Tuesday, July 31, 2018

Locks and Dam 52, Part 1: Its Days Are Numbered

Locks and Dam 52 has done its job for the past 90 years or so, but its time is over.

Officials from the U.S. Army Corps of Engineers and executives from companies that operate towboats or companies that ship product by water can give you the numbers of why they need the new Olmsted Locks and Dam completed, but sometimes you have to see and hear things for yourself to get a full understanding of what they're saying.

That was what I did last week while on a media tour of Olmsted organized and sponsored by the Waterways Council Inc. Speakers talked of the need to complete Olmsted and retire 52 (more on that later). The seasoned journalist in me wanted more, so I asked the commander of the Corps' Louisville District if I could be allowed access inside the security zone at 52 to see for myself what the problems are. She said that would be no problem, so when everyone else had left for home, I headed for Brookport, Ill., to visit Locks and Dam 52.

It was the first time I had been there since 1986, and things had changed. At that time, the temporary lock was still in service and the dam looked to be in good condition. But 32 years and 23 days later, it was clear that age had been hard on the old dam and the locks.

You could hear some of the operating equipment groaning like an animal in pain every time it was put in use, and you could hear a rhythmic banging coming from somewhere out in the river. Parts of the dam were missing, too.

First some facts. Part of the following information came from two YouTube videos produced by the Corps. You can find them here and here. Part is from other research I have done on the old Ohio River dam system out of personal interest.

Locks and Dam 52, formerly Lock and Dam 52, was completed in 1929, the same year as the similar Lock and Dam 53 (now Locks and Dam 53). They were the last two dams in the system authorized by Congress in 1909. Some of the old dams were planned and under construction before 1909.

The completion of dams 52 and 53 brought to an end the process that began when the Davis Island Lock and Dam went into operation near Pittsburgh in 1879 — 50 years earlier. That process was to make the Ohio navigable year-round regardless of drought.

Locks and Dam 52 is 2,998 feet long. It consists of the original lock that measures 110 feet wide by 600 feet long. That was the standard Ohio River lock length in the early 20th Century. In 1969, a temporary lock 1,200 feet long was added. The lock received the Corps' Chief of Engineers Award for its innovative technical features. It was designed to have a service life of 10 years. It's approaching its 50th anniversary.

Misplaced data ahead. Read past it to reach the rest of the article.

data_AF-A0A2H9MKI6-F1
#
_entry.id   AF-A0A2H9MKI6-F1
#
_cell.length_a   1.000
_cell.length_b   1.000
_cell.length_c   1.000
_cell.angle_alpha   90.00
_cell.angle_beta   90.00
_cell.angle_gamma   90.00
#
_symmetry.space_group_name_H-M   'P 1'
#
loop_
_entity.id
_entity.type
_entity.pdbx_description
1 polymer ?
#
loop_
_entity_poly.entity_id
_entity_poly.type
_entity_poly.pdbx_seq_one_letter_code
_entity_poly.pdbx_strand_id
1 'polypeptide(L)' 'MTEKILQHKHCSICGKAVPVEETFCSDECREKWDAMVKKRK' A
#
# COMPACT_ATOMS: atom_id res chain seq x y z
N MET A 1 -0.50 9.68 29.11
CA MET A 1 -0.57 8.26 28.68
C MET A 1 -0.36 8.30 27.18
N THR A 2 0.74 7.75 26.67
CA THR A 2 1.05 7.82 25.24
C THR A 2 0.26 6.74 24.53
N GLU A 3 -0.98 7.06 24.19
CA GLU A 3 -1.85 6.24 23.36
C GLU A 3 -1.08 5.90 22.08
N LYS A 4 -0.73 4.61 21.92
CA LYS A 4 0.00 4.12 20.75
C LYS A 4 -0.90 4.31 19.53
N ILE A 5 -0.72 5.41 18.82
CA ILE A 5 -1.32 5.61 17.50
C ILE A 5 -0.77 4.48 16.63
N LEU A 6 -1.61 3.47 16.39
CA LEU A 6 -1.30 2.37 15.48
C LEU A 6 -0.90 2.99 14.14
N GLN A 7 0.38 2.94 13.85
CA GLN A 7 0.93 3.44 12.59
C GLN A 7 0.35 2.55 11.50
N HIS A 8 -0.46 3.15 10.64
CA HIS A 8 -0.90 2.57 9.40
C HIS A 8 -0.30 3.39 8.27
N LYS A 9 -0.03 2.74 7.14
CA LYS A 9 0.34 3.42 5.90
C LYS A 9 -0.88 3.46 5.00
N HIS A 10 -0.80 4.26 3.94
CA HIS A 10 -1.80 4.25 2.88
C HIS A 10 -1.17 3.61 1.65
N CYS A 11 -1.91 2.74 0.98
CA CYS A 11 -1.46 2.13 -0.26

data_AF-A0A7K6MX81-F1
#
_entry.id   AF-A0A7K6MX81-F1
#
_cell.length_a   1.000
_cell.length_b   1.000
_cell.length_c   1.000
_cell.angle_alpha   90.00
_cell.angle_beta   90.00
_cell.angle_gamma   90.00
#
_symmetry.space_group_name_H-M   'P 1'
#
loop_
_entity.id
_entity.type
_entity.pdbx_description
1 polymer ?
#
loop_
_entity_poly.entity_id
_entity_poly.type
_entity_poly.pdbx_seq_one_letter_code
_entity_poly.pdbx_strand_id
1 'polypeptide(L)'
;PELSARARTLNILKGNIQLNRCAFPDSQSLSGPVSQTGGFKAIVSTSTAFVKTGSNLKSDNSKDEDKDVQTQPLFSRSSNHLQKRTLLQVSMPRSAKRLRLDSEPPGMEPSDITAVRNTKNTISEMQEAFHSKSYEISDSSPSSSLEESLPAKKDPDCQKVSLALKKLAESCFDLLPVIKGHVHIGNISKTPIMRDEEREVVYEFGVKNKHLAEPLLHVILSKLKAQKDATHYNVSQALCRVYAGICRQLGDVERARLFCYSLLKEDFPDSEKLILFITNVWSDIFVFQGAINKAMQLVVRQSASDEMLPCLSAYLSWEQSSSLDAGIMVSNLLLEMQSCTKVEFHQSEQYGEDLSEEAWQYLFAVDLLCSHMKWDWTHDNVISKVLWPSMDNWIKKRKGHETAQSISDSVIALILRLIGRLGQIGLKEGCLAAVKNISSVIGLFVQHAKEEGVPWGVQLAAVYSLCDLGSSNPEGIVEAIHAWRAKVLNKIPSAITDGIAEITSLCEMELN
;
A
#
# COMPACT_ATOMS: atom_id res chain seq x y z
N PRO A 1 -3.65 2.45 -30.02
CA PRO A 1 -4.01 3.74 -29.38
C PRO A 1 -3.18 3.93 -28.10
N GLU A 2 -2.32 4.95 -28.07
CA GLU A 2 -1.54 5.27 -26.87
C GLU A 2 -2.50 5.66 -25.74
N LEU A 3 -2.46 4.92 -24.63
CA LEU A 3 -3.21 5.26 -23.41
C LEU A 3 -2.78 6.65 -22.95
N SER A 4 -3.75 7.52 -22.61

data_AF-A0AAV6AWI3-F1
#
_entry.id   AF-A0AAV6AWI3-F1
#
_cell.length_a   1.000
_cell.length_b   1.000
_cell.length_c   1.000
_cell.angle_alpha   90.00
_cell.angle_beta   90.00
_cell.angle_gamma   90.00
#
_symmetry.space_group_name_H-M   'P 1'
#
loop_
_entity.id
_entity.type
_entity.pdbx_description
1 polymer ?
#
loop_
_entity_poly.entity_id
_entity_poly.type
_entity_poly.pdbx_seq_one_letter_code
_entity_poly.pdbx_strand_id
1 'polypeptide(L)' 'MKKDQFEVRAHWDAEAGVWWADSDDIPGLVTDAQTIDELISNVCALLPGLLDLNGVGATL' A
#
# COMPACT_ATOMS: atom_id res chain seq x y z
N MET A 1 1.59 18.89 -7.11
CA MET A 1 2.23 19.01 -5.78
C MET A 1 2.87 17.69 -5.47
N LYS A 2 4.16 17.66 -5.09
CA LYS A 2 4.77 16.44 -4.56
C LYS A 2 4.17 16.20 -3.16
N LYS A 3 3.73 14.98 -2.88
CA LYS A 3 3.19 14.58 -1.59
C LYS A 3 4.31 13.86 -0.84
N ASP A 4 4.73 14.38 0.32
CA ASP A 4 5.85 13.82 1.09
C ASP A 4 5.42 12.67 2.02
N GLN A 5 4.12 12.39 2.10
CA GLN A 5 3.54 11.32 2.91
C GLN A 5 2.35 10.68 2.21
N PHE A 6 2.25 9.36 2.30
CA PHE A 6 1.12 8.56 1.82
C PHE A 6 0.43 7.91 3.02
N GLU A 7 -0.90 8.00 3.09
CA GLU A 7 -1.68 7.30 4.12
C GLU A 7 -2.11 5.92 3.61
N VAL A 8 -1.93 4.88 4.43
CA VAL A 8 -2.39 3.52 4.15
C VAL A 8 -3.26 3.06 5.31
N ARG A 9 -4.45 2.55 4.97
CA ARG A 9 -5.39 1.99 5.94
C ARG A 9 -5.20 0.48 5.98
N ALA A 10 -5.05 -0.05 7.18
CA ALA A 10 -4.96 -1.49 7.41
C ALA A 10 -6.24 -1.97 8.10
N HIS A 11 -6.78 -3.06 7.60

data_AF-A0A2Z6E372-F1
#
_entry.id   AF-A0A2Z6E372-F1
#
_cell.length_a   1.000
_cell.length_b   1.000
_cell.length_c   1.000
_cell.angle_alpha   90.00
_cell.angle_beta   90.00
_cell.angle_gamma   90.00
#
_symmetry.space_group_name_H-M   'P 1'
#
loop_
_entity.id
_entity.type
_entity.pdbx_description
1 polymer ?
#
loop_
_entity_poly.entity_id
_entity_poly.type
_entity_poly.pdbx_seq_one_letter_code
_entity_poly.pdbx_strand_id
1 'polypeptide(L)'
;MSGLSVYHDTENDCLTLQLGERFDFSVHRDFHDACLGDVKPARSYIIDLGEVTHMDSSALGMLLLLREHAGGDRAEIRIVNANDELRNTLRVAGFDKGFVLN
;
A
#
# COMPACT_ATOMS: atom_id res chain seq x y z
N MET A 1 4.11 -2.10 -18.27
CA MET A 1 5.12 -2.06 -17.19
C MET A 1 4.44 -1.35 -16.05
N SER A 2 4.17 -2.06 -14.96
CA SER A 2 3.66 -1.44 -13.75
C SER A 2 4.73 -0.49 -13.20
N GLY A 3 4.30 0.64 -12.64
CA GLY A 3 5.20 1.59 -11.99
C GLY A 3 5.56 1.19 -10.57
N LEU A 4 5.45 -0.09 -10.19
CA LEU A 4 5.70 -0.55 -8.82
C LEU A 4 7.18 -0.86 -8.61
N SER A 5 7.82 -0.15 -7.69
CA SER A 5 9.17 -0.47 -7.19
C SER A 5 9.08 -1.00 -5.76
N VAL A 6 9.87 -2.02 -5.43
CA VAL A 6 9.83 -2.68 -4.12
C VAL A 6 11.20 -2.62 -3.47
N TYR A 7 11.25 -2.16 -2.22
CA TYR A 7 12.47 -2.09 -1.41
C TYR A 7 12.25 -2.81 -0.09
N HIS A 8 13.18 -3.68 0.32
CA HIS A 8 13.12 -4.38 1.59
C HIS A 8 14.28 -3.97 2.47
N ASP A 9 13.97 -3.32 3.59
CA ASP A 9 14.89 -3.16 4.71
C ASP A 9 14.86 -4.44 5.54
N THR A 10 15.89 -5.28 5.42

The temporary lock was made of circular cells of sheet steel filled with concrete. Corrosion, wear and impacts from barge hits have damaged them over the years and now threaten their structural integrity. Some cells have split open, requiring the lock to be closed for repairs. In addition, the lock's filling and emptying valves have deteriorated, too.

The old 600-foot lock likewise has deteriorated with age.

The dam maintains a navigation pool of 302 feet above mean sea level for 20.5 miles up the Ohio to the Smithland Locks and Dam and on the lower parts of the Tennessee and Cumberland rivers, both of which empty into the Ohio a few miles above 52. When Dam 53 is raised, Dam 52 provides a 12-foot lift.

The dam consists of a navigable pass that is 1,248 feet long. It also has a Chanoine weir that is 160 feet long, three beartraps of 91 feet each to help regulate the river level and a fixed concrete weir of 725 feet.

The dam consists of 487 wickets made of oak. Each is four feet wide, and they are up to 20 feet long. They are raised and lowered manually to maintain the pool at 302 feet. Raising them is a hazardous job that takes 12 to 16 hours to accomplish and must be done regardless of weather. After nearly 90 years of service, the wickets and their cast iron frames are aging and require constant maintenance. As of July 25, several were missing or not in use.

Repairs to the wickets are done two at a time by divers working behind a shutterbox to protect them from the river current.

Shutdowns of the lock because of mechanical problems or because of problems with the dam are frequent, and on many days there is a line of boats waiting to use the lock.

Up next: More images from Locks and Dam 52.

Postscript: My thanks to Col. Antoinette Gant, commander of the Louisville District, to Wayland Humphrey, director of operations transition for the Louisville District of the Olmsted project and the district's public affairs staff for allowing the visit. Also to Deb Calhoun, senior vice president of the WCI, for arranging the media tour and sponsoring it. And to the various industry speakers who will be quoted about their problems with 52 in posts coming soon.